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Crawford TKOs Lundy

NEW YORK (Feb. 27th, 2016) – Hank Lundy’s bid for a world title in the 140-pound division came up short Saturday as undefeated Terence Crawford retained his World Boxing Organization (WBO) Junior Welterweight Championship via fifth-round stoppage at the 2-minute, 9-second mark in the main event of HBO’s World Championship Boxing doubleheader at The Theater at Madison Square Garden, co-promoted by Top Rank and CES Boxing.

“He caught me with a good shot on the top of my head and threw my equilibrium off. I just couldn’t recover,” Lundy said.

“We knew we could box him. We saw some flaws and attacked them. I feel as though they should’ve let it go on a bit longer. They saw I was getting to him a little bit.

“This is boxing,” Lundy continued. “I’m a warrior. I don’t think it should’ve been stopped. I want to go out on my shield. I’m a Philadelphia guy. You’ve got to knock me out.”

Fighting for a world title for the first time in his career, Lundy (26-6-1) got off to a much better start than he did in his previous televised bouts against Thomas Dulorme and Mauricio Herrera, landing early and often with the left hand in the opening round to take the quick lead on Crawford.

The tide began to turn in the second round when Crawford (28-0, 21 KOs) switched from his conventional stance to southpaw and kept Lundy at the end of his right jab. Crawford’s height advantage and reach allowed the undefeated champion to control the pace over the next three rounds with Lundy forced to lunge toward his opponent in an effort to work closer to the body.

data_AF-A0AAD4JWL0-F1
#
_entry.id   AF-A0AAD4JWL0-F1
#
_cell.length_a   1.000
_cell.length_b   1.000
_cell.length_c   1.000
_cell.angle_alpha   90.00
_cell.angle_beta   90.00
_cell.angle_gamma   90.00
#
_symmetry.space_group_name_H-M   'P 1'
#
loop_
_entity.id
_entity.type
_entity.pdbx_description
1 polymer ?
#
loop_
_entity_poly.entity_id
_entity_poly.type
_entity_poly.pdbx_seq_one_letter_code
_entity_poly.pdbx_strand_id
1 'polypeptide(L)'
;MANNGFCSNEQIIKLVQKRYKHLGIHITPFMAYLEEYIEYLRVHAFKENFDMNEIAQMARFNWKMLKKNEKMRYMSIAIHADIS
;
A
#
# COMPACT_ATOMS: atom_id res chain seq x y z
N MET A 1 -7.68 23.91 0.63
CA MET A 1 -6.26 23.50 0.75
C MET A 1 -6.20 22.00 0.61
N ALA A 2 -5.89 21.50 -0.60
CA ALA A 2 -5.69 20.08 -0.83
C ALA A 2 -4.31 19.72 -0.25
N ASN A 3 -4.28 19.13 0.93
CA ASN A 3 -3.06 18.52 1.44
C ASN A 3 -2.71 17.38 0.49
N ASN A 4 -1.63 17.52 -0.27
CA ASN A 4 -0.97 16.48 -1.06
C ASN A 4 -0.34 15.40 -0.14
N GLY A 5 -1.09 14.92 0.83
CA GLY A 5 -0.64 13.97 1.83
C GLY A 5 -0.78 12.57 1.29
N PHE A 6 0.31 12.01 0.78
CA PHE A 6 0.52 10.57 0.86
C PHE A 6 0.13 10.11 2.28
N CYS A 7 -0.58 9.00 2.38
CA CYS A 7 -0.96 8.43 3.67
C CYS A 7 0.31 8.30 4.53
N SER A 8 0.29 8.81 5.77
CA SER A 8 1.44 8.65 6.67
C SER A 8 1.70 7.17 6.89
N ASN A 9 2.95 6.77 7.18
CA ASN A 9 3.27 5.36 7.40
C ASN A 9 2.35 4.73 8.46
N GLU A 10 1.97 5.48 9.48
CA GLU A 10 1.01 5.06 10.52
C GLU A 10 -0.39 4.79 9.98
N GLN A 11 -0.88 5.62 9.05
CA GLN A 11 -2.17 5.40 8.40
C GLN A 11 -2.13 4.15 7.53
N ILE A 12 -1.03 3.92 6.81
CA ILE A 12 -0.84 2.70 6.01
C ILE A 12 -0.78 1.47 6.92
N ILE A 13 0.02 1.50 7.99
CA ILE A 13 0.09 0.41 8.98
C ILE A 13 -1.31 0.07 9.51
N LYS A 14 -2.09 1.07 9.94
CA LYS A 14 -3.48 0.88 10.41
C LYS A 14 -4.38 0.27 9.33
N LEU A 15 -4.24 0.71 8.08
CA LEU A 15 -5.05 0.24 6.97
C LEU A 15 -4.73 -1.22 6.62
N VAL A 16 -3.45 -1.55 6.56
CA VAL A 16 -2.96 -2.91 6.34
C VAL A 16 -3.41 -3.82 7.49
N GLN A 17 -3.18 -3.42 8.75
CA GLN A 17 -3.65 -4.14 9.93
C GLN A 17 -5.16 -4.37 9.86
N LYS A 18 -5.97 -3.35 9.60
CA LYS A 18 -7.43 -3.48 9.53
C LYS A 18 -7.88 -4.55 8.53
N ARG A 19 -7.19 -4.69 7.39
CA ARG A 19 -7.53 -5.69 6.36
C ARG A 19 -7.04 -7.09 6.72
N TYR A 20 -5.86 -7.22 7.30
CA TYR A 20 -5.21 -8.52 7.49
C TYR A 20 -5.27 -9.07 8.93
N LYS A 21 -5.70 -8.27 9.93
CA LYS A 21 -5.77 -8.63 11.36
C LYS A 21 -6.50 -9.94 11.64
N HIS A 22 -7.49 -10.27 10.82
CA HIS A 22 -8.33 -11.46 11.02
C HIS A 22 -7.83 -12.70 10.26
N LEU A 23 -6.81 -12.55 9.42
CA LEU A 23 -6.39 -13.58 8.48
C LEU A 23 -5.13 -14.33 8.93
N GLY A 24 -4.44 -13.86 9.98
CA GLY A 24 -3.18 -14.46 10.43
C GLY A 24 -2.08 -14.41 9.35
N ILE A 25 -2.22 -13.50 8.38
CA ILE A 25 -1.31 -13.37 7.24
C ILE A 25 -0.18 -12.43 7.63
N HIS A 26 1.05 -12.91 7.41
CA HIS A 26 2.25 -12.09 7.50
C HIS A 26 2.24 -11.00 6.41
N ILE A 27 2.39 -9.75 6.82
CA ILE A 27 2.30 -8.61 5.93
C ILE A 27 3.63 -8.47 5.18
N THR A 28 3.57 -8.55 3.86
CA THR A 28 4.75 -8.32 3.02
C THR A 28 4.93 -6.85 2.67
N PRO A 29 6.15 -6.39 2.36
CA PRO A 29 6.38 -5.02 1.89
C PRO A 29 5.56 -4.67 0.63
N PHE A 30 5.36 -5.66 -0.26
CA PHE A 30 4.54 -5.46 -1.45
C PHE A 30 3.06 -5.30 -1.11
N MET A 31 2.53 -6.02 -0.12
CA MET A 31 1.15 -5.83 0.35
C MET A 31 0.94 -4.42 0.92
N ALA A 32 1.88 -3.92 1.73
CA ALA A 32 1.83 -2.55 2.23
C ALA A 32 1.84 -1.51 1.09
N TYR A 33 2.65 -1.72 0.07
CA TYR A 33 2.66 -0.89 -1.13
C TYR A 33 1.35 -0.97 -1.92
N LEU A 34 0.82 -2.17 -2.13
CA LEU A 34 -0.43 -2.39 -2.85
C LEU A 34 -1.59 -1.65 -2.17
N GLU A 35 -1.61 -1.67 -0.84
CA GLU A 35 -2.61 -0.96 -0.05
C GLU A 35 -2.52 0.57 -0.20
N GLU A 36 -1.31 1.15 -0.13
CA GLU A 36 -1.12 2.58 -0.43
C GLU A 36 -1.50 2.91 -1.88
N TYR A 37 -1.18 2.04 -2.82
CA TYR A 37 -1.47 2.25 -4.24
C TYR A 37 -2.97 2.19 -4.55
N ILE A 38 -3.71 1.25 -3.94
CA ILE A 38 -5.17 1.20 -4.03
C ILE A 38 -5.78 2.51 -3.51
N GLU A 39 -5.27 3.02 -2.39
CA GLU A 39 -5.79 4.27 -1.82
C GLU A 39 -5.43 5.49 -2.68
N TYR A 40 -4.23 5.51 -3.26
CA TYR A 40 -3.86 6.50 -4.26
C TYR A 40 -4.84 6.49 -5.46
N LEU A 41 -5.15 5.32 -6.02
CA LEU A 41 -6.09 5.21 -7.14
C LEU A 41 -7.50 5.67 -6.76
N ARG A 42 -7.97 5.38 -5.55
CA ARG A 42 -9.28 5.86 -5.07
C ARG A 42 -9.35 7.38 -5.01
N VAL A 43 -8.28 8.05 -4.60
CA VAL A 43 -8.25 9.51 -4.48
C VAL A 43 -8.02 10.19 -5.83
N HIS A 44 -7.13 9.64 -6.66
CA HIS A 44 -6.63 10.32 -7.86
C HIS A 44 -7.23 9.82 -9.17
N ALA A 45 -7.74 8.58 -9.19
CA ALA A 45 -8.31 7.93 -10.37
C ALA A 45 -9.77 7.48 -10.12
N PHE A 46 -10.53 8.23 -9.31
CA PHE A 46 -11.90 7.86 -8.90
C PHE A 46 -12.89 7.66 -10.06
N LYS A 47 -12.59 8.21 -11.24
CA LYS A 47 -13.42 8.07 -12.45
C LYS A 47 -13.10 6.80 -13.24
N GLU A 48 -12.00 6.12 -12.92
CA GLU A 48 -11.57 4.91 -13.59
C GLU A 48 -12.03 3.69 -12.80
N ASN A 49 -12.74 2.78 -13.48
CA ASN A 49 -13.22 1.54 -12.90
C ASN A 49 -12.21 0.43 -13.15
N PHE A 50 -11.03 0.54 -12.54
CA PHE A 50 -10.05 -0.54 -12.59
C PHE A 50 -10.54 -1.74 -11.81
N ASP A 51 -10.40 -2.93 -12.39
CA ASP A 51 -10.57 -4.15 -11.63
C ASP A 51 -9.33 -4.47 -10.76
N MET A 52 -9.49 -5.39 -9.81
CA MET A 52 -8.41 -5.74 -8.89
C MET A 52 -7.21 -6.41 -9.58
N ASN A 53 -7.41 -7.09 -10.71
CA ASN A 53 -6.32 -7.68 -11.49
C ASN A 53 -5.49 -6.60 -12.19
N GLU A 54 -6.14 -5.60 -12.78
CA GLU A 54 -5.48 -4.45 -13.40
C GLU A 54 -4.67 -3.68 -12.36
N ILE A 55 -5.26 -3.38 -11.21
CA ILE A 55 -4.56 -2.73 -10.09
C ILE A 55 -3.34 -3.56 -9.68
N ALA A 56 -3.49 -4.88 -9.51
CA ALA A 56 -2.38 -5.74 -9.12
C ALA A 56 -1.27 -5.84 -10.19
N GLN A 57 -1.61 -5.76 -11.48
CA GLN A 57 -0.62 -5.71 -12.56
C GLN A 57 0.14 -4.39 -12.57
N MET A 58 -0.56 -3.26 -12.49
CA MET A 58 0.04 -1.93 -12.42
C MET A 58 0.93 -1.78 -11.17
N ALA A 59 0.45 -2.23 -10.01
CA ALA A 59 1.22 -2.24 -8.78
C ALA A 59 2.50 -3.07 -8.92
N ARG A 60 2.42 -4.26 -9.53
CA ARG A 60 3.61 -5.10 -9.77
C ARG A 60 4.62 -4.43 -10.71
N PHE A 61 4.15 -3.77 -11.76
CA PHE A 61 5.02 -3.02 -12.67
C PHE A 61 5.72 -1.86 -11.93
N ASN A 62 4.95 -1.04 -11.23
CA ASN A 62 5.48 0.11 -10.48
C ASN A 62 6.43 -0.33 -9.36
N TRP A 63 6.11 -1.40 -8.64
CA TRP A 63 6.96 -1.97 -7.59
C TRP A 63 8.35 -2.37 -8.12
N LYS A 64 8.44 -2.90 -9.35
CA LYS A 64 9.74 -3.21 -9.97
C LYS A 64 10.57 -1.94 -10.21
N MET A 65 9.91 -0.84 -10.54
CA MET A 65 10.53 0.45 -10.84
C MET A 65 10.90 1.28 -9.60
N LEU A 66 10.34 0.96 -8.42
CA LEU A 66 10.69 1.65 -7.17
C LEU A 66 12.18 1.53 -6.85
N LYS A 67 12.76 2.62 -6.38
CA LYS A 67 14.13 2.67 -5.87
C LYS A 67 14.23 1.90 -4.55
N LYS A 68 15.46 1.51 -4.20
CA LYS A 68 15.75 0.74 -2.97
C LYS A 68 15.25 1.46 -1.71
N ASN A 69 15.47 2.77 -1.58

Lundy actually opened the fifth round with a clean left hook upstairs, but Crawford didn’t budge. Moments later, the champion clipped Lundy on the top of the head with a left hook of his own, throwing Lundy off balance. Sensing his opponent was dazed, Crawford picked up the pace and landed another hard left upstairs that sent Lundy to the canvas.

Lundy made it back to his feet, but Crawford continued to apply pressure. With Lundy fighting valiantly off the ropes, Crawford backed him into the corner and unloaded with a series of unanswered flurries, forcing referee Steve Willis to stop the bout.

“Most of these guys, the come in here and they curl up. I came to fight,” Lundy said. “I want to go out on my shield. That’s that die-hard in me. I was aware of everything. I still wanted to continue the fight. He caught me with a good shot, but I’m coming to fight.”

Lundy has lost 3 of his 4 bouts, including a controversial technical decision against Herrera in July and a split-decision loss to Dulorme in December of 2014 in Brooklyn. Crawford has now successfully defended his title five times with four of those wins coming by knockout.

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